The FINANCIAL — Amazon.com on August 19 announced its annual Big Fall Books Preview that features the best new books readers will want to curl up with as the weather cools and the leaves change color.
The Amazon Books Editors read hundreds of titles to handpick their annual list of the hottest blockbusters of the season. The Amazon Big Fall Books Preview also highlights the season’s most anticipated releases in genres including: biographies & memoirs, sports & outdoors, science fiction & fantasy, mysteries & thrillers, literature & fiction, humor & entertainment, hobbies & home, food & wine, comics & graphic novels, business & leadership, cookbooks, romance, nonfiction, history, and crafts—along with upcoming releases for kids and young adults.
“As editors, we look forward to fall every year because it’s the biggest season for new books,” said Sara Nelson, Editorial Director of Books and Kindle, Amazon.com. “My team and I read oceans of books to curate a list that includes titles from perennial favorites like Nicholas Sparks, John Irving, and Stephen King as well as authors we’re excited to celebrate like Mary Karr, William Boyd, and Lauren Groff.”
Below are the Big Fall Books, in order of release date:
Pretty Girls by Karin Slaughter: More than twenty years ago, Claire and Lydia’s teenaged sister Julia vanished without a trace. The two women have not spoken since, and now their lives could not be more different.
The Survivor: A Mitch Rapp Novel by Kyle Mills: A blistering novel that picks up where The Last Man left off, The Survivor is a no-holds-barred race to save America…and Mitch Rapp’s finest battle.
M Train by Patti Smith: From the National Book Award–winning author of Just Kids: an unforgettable odyssey of a legendary artist.
Humans of New York: Stories by Brandon Stanton: Based on the blog with more than four million loyal fans, a beautiful, heartfelt, funny, and inspiring collection of photographs and stories capturing the spirit of a city.
Foreign Affairs by Stuart Woods: When he’s apprised at the last minute of a mandatory meeting abroad, Stone Barrington rushes off to Europe for a whirlwind tour of business and, of course, pleasure.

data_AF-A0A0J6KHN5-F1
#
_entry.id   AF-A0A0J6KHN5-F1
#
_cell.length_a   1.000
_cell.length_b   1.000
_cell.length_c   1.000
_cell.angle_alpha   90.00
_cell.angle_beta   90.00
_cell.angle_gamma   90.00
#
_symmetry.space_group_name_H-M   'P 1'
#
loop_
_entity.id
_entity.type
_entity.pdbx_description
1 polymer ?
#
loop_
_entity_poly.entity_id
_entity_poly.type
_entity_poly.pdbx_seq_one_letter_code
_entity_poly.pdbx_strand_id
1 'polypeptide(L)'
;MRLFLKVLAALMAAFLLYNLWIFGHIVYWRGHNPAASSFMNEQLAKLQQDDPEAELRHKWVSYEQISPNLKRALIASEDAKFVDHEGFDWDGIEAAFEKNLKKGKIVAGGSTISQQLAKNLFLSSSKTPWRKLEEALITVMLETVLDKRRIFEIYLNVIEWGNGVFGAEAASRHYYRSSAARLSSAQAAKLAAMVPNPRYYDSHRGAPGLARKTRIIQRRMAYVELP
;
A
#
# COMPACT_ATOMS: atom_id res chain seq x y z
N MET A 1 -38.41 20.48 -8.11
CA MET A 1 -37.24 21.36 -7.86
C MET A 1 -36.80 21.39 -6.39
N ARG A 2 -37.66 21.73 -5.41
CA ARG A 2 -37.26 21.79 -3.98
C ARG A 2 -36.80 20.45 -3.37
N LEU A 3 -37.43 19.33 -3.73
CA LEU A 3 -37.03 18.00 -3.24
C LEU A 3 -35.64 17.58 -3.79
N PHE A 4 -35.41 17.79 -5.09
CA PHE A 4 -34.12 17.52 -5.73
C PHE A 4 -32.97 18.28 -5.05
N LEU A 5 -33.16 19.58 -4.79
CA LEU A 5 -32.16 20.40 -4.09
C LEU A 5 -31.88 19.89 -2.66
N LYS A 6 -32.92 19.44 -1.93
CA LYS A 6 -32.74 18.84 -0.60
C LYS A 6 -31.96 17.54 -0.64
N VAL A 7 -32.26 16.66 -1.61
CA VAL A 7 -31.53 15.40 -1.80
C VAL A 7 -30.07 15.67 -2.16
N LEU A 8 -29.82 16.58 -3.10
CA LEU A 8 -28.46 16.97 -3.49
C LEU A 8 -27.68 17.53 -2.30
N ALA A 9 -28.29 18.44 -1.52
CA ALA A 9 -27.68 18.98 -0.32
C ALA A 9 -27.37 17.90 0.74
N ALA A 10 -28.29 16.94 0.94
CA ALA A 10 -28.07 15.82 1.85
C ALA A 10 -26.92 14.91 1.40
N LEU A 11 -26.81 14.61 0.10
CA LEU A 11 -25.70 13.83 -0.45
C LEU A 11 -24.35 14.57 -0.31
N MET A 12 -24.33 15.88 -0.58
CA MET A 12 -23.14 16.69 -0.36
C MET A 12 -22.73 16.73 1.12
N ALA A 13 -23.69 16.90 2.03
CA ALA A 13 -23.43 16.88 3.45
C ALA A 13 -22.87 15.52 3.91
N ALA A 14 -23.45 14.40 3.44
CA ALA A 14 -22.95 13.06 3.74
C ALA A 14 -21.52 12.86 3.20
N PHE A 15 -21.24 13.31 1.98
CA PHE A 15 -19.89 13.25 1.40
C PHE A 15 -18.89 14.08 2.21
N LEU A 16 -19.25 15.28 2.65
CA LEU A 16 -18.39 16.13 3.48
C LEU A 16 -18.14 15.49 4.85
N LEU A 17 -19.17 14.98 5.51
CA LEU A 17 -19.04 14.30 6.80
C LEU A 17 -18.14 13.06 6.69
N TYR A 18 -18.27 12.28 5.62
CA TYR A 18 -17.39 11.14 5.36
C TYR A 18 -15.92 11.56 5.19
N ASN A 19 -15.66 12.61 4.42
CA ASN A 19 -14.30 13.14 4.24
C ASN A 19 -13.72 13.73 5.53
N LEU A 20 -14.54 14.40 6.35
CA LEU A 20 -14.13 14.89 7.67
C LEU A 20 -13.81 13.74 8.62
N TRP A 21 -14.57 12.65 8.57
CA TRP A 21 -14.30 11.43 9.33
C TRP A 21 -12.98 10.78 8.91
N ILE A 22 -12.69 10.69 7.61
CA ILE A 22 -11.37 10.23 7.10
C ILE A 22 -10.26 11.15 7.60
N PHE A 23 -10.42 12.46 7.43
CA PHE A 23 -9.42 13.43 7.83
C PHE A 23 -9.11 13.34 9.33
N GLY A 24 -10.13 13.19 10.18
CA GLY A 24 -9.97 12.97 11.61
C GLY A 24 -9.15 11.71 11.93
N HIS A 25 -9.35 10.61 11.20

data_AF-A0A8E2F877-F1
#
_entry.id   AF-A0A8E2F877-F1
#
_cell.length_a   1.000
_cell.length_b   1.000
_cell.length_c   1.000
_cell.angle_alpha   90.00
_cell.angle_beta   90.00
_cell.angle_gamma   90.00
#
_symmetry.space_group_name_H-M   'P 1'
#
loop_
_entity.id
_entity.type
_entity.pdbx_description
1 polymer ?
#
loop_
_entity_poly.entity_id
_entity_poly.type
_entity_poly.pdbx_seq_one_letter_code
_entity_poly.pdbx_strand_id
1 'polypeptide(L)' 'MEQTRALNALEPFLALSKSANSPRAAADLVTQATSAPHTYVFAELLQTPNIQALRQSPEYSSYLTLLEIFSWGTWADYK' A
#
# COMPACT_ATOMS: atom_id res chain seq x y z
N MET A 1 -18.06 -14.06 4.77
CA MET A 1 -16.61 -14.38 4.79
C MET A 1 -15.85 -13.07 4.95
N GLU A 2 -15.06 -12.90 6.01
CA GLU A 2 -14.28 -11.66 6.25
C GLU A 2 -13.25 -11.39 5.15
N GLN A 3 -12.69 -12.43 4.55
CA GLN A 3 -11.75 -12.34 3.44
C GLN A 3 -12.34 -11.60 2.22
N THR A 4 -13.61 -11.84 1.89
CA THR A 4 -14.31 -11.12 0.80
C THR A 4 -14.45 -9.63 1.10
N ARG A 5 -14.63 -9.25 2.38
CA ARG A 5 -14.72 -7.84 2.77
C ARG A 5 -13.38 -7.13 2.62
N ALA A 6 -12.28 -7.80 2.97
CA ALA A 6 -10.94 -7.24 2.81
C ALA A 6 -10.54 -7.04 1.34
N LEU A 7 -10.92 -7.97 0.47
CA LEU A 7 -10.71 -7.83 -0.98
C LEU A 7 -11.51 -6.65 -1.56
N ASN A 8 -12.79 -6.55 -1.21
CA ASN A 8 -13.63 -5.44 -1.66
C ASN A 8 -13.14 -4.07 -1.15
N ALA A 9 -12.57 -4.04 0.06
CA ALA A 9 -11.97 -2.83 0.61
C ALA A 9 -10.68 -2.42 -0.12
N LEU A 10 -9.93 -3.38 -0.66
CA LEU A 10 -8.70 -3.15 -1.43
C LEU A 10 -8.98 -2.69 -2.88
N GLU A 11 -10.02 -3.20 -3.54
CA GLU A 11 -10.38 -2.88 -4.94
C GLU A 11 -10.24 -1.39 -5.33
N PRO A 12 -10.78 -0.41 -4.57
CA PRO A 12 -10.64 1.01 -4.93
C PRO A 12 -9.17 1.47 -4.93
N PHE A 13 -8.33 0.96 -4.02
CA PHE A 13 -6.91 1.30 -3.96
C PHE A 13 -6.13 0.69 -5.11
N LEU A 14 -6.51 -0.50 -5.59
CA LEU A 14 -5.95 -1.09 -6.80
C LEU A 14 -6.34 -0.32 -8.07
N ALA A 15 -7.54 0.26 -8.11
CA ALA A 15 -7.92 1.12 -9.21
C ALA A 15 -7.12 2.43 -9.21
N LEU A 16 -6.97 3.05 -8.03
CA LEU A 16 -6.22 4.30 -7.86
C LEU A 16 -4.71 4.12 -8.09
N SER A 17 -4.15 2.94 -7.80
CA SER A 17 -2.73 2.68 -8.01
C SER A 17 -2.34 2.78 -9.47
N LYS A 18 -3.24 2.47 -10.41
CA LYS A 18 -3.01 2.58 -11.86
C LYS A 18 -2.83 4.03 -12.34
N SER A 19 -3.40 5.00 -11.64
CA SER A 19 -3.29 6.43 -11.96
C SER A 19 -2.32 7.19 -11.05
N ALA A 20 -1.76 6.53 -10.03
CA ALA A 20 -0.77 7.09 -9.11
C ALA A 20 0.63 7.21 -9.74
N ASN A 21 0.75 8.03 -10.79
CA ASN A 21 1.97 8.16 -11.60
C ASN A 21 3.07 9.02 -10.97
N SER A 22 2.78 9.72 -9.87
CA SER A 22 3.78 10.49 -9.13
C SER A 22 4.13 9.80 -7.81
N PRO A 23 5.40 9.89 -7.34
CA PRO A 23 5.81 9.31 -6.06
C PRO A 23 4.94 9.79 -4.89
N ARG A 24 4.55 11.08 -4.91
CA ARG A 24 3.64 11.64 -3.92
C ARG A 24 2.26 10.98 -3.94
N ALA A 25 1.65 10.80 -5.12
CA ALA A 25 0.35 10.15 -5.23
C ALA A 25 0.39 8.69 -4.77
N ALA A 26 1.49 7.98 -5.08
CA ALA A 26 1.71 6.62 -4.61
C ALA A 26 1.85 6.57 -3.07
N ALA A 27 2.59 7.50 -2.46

Hell’s Foundations Quiver by David Weber: The latest novel in Weber’s New York Times best-selling Safehold series.
See Me by Nicholas Sparks: Colin Hancock is giving his second chance his best shot. At 28, he’s focused on avoiding all the places and people that proved so destructive in his earlier life.
Career of Evil by Robert Galbraith: A fiendishly clever mystery with unexpected twists around every corner, it is also a gripping story of a man and a woman at a crossroads in their personal and professional lives.
Corrupted: A Rosato & DiNunzio Novel by Lisa Scottoline: Bennie Rosato is faced with a case from her past that shows her how differently things might have turned out.
Diary of a Wimpy Kid: Old School by Jeff Kinney: With tension building inside and outside the Heffley home, will Greg find a way to survive? Or is going “old school” just too hard for a kid like Greg?
The Bazaar of Bad Dreams by Stephen King: A master storyteller at his best—the O. Henry Prize winner delivers a generous collection of stories, several of them brand-new, featuring revelatory autobiographical comments.
The Crossing by Michael Connelly: Detective Harry Bosch has retired from the LAPD, but his half-brother, defense attorney Mickey Haller, needs his help.
Avenue of Mysteries by John Irving: Irving returns to the themes that established him as one of our most admired and beloved authors in this absorbing novel of fate and memory.